Wednesday, February 18, 2009

Athletes a-Twitter

Interesting conversation last night on ESPN's Pardon the Interruption. The topic centered on an article in the Toronto Star about the latest fad among NBA athletes--Twitter. Apparently, athletes like Chris Bosh and Shaquille O'Neal have gotten hooked on the abbreviated form of one-line texting. Bosh communicates with about 1,300 fans ... the locquacious Shaq with more than 92,000! (As the New York Times reported, Shaq apparently started "tweeting" because an imposter was doing so using his name).

On PTI, Dan LeBatard of the Miami Herald said, "We're fast approaching the day when they (athletes) don't need the media at all. They can just create their own connection to the fan without our help. It's publicity on their own terms." It's an interesting argument, considering that in addition to Twitter most athletes already have their own websites to help with fan communication and image management.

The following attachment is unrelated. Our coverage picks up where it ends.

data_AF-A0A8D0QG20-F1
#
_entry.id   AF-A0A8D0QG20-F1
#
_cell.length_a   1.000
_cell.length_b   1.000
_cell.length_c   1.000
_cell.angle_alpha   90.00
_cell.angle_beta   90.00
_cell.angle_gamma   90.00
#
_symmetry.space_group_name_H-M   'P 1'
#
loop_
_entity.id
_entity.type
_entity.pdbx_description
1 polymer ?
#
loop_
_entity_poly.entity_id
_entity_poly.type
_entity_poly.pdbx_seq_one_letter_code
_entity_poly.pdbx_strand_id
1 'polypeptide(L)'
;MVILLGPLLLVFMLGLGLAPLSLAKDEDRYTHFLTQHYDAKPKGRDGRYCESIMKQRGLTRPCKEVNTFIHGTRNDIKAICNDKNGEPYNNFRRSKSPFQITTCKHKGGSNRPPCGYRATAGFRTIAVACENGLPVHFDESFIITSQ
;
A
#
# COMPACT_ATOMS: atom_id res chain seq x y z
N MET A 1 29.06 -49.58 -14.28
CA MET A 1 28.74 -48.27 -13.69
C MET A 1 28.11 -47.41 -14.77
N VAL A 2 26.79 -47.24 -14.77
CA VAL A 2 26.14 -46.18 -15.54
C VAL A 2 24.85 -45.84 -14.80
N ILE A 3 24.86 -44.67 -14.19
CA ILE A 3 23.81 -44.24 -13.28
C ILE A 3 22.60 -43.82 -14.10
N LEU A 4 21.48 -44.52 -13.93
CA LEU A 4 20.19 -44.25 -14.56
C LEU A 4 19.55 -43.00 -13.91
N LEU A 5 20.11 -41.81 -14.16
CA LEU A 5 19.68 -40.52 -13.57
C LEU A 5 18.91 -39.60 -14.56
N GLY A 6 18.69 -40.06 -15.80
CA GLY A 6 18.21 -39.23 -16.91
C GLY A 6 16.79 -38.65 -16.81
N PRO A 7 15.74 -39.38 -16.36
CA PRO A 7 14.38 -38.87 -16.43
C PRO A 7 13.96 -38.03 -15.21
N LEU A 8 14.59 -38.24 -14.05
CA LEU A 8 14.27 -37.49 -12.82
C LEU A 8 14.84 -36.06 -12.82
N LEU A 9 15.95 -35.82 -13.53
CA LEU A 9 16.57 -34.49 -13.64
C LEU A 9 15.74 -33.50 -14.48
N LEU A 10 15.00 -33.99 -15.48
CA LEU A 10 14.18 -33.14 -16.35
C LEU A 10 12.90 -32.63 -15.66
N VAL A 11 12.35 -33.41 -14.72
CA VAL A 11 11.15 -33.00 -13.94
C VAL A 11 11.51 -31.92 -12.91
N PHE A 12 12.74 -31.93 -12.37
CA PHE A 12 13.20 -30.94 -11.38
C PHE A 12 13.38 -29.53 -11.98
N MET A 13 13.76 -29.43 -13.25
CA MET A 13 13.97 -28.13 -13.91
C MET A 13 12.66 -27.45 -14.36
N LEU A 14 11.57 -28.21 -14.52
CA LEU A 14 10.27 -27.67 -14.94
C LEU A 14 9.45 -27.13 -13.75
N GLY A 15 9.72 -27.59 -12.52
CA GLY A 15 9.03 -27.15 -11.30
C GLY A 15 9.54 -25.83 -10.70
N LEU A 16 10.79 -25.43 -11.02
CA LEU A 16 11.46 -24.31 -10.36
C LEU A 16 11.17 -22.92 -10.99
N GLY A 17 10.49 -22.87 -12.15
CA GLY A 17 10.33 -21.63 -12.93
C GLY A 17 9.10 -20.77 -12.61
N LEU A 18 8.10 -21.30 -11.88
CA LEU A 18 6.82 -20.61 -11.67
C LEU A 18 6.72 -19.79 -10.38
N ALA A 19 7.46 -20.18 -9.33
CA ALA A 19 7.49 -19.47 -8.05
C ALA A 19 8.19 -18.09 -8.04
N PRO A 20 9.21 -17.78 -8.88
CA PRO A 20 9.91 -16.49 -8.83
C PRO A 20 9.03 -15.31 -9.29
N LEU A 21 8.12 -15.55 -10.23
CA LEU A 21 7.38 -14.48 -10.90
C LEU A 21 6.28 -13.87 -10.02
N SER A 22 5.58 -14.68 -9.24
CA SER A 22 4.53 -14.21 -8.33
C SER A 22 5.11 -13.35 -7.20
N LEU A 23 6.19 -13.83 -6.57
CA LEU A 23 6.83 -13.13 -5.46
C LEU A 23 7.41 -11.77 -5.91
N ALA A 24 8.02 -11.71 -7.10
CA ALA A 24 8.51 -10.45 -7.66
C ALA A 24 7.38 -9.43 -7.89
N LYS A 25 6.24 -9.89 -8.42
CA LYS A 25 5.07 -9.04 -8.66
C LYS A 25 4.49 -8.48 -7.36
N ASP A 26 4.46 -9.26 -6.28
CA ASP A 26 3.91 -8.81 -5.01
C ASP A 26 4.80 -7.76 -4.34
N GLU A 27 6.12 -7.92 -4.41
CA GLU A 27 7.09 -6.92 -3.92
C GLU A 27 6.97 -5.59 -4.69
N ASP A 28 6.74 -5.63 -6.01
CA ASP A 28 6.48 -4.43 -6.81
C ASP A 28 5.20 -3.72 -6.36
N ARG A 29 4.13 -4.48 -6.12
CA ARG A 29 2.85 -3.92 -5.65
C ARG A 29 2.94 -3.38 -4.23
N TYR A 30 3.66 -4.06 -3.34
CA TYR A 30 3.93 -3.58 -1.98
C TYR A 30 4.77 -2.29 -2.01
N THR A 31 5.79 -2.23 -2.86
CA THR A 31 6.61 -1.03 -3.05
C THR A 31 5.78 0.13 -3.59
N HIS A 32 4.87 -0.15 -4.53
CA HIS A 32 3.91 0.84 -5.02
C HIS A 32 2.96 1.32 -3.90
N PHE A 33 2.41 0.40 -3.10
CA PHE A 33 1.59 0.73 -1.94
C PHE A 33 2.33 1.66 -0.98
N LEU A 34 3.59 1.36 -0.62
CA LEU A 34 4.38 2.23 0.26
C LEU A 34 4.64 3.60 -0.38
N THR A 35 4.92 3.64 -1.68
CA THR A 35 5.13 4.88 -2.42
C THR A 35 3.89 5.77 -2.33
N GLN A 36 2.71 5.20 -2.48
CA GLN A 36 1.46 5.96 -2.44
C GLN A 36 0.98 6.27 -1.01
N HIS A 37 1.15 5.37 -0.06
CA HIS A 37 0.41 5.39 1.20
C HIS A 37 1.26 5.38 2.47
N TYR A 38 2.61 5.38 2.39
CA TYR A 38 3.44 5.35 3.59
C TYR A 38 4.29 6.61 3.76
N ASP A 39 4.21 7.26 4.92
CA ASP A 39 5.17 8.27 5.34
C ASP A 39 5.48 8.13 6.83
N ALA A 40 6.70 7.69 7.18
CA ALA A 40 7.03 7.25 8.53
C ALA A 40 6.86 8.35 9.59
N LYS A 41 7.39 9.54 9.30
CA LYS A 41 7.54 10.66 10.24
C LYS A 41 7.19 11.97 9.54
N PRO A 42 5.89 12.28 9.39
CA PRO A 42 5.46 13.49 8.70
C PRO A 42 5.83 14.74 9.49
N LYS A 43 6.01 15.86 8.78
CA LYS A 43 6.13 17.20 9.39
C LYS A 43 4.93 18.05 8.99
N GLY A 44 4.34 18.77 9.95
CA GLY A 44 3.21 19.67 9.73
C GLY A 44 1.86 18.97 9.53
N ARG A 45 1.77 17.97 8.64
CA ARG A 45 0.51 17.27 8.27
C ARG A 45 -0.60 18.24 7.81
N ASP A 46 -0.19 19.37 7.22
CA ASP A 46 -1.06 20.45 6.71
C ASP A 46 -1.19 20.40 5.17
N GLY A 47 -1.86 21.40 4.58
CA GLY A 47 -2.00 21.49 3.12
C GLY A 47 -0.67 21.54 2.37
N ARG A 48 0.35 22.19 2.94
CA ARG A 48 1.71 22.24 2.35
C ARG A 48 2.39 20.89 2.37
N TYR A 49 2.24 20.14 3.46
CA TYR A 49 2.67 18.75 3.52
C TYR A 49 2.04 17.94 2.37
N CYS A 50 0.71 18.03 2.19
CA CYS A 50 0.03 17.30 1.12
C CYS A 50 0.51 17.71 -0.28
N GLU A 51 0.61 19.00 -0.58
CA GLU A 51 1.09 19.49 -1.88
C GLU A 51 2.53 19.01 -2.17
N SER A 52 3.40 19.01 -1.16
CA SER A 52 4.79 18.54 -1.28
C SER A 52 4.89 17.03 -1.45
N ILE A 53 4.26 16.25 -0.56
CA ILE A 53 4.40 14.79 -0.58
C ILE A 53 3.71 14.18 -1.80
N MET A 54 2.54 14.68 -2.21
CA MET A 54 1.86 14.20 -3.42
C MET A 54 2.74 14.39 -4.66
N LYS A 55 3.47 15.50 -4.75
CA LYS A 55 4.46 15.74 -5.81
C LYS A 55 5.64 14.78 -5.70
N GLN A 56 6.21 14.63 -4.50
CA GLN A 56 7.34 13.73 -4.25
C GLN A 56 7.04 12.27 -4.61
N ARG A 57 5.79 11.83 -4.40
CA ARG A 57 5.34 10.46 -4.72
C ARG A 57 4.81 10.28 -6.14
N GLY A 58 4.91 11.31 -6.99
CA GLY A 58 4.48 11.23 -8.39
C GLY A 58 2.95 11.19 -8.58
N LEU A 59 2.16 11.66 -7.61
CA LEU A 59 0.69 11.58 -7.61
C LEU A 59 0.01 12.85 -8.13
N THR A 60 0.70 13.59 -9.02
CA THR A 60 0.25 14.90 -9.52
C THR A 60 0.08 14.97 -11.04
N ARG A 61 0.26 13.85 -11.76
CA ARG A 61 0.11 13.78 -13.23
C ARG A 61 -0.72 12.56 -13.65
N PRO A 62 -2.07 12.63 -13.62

Given the tremendous growth in these types of media, have the mass media outlived their usefulness to athletes? Probably not ... yet. Rodriguez used ESPN to clear the air after Sports Illustrated blew the whistle on his steroid use. And A-Rod didn't even bother to update his own personal website to give more explanation to his side of things.

But a corner has certainly been turned and it might not be too long before LeBatard's prediction comes true. The one thing the mass media have going for them these days is that they are still the main distributors of sports programming, especially live events. If, and when, that goes away things will change drastically.


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